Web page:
Kids in many Calgary’s neighbourhoods will have plenty to scream about after some community associations decide that they won’t let them go without candy this Halloween.
Community associations in northwest Calgary have created alternative events and have put safety measures in place to make sure that everyone has a spooktacular time this year.
The Hawkwood Community Association made it a priority to continue their annual Halloween Extravaganza. With COVID safety restrictions, of course.
And they’re expecting an influx of kids.
“We wanted to do something that we could do, even if our (event) numbers shot up,” said Heather Kovach with the Hawkwood Community Association (HCA).
“Our focus is being safe and socially distant.”
With many events and traditions being cancelled across the city this year, Kovach said that cancelling Halloween festivities would be a “gut punch.”
But that nightmare has been avoided.
Following traditional Halloween celebrations, the association is also putting together a candy map of the neighbourhood.
“There are definitely people in the community that want to give out candy and are excited to give out candy,” said Kovach.
“That’s one of their favorite things to do.”
The community association wanted to avoid the disappointment of kids looking down the street and not seeing any house lights on.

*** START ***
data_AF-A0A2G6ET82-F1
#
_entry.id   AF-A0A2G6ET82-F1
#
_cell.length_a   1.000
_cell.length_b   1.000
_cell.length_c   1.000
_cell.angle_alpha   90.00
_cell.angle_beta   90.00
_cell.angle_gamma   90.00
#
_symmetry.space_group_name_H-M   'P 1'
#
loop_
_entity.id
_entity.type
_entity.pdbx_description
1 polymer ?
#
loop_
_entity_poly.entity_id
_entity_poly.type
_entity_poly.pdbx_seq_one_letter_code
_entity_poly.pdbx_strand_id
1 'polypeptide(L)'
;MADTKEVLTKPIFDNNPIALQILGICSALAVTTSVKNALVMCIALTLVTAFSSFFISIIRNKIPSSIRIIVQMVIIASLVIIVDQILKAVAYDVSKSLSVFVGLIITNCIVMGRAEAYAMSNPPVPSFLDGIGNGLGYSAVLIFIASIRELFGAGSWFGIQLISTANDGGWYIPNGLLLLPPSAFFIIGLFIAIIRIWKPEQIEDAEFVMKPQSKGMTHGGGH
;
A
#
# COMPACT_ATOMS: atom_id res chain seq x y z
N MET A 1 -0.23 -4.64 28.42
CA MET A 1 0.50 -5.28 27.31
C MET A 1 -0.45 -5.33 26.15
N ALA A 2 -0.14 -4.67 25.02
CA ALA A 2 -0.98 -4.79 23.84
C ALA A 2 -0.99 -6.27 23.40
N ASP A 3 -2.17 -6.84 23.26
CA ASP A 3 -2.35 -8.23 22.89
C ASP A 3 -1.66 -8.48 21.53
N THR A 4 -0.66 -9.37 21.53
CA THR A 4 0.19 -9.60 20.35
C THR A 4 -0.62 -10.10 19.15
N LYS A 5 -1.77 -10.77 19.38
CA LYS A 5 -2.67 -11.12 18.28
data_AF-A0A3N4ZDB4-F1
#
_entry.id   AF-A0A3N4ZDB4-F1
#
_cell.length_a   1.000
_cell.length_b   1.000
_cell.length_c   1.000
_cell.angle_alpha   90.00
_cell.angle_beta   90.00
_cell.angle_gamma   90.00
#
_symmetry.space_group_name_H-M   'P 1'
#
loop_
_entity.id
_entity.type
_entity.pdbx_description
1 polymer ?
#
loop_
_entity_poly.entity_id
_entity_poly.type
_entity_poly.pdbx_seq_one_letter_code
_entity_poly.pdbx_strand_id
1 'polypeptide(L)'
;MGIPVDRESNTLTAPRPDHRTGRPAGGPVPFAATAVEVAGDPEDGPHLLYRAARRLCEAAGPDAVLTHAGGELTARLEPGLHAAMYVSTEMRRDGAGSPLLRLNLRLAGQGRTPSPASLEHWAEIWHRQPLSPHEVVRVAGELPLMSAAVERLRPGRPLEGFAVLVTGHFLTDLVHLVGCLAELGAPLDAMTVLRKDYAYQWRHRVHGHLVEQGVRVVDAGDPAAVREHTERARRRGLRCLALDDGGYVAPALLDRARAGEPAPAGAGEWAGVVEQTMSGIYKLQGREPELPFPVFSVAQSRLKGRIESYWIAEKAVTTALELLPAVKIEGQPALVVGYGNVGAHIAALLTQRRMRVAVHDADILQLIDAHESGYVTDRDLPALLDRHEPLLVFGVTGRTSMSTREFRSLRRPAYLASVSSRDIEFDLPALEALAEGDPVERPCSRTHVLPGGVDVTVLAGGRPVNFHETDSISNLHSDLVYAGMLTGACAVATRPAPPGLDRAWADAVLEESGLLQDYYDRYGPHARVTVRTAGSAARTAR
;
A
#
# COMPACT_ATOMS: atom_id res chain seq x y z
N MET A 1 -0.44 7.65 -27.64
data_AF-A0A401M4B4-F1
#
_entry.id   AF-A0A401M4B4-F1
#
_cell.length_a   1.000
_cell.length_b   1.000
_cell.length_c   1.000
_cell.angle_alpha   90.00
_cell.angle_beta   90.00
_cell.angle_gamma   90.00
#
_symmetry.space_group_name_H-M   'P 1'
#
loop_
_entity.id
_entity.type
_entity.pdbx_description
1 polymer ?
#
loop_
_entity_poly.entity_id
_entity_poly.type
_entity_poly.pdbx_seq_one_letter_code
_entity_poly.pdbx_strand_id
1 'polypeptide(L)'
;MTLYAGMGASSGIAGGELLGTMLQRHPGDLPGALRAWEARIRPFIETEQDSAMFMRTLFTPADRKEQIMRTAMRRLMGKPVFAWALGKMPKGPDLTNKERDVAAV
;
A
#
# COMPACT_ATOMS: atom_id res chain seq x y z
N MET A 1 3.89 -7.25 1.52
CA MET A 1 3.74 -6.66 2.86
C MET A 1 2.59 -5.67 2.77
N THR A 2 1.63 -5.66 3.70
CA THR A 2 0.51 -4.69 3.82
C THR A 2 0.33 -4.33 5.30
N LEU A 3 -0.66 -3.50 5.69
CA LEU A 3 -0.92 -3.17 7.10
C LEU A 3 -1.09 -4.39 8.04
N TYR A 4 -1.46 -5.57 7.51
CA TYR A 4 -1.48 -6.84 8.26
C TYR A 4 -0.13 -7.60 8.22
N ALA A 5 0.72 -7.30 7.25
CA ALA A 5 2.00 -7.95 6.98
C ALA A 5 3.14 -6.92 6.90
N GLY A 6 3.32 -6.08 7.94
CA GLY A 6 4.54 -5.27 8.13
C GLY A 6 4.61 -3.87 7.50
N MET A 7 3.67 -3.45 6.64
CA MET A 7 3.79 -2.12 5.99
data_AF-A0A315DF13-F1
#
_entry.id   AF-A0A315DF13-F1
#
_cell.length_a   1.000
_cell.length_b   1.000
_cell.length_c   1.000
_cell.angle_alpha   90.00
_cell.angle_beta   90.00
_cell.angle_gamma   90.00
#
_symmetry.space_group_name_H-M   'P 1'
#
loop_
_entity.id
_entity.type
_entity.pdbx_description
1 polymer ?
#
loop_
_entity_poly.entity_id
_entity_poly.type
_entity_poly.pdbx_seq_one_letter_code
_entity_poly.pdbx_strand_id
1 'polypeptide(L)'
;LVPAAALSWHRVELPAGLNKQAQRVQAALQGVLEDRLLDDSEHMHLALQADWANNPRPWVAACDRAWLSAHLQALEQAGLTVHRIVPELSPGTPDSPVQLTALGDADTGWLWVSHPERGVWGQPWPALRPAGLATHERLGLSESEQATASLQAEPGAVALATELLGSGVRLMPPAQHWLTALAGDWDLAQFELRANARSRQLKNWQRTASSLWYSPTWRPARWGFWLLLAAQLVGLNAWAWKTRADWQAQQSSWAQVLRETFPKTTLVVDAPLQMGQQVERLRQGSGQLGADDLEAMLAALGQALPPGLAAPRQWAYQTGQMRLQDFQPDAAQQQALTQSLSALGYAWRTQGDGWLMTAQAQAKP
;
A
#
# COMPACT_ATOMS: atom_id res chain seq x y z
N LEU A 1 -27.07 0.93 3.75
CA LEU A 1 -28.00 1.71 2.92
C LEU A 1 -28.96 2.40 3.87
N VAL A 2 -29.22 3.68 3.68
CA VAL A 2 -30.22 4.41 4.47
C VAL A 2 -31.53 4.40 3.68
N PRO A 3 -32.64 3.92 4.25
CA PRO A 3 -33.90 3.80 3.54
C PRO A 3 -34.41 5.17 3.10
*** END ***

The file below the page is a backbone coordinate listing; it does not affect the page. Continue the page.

The candy map is going to help parents find areas and streets within the community for their kids to collect candy. The map will note who’s handing it out and who isn’t.
Just down the hill from Hawkwood, a neighbouring community is doing something similar.
Ranchlands community association (RCA) and some volunteers have come together and created a “trunk or treat” event for the kids.
“As much as we wish we could have the normal games, crafts, treats and more, we just knew that wasn’t in the cards,” said the RCA.
Their event is going to be a lineup of parked cars with candy in the trunks for kids to collect. They’re focusing on making it safe for everyone.
“We are limiting touch points, contact tracing, social distancing trunk displays,” they said.
“There will be one-way traffic flow.”
Tube or Treat!
Earlier this week, CEMA Chief Tom Sampson reassured Calgarians that Halloween will not be cancelled. He gave some innovative advice for handing out candy.
“I love Halloween, and handing out candy safely,” said Sampson.
“What I’m going to do is use a chute like this,” he said, referring to a wrapping paper cardboard roll.
Sampson then demonstrated how he will pass candy to trick-or-treaters with Mayor Naheed Nenshi. Mayor Nenshi, in his Halloween costume, was dressed as none other than the Chief.
Nenshi said that Halloween is one of his favourite holidays. He said he will be going as his favourite superhero this year – Chief Tom Sampson.
He provided his own advice on staying safe during Halloween.
“Make sure you stay in your ‘booble’,” said Nenshi.
“And if you’re sick, stay home and don’t be a jack-o’ lantern.”
Dr. Deena Hinshaw, Alberta’s Chief Medical Officer of Health, also said there’s no need to cancel Halloween this year.
But, it’ll look different.
“I have no plans to suggest that Alberta cancel Halloween this year,” Dr. Hinshaw said at a recent COVID-19 briefing.
“My own children would never forgive me.”
The province did outline several things families can do to make sure trick or treaters (and candy handers) stay safe.
You can find that list here.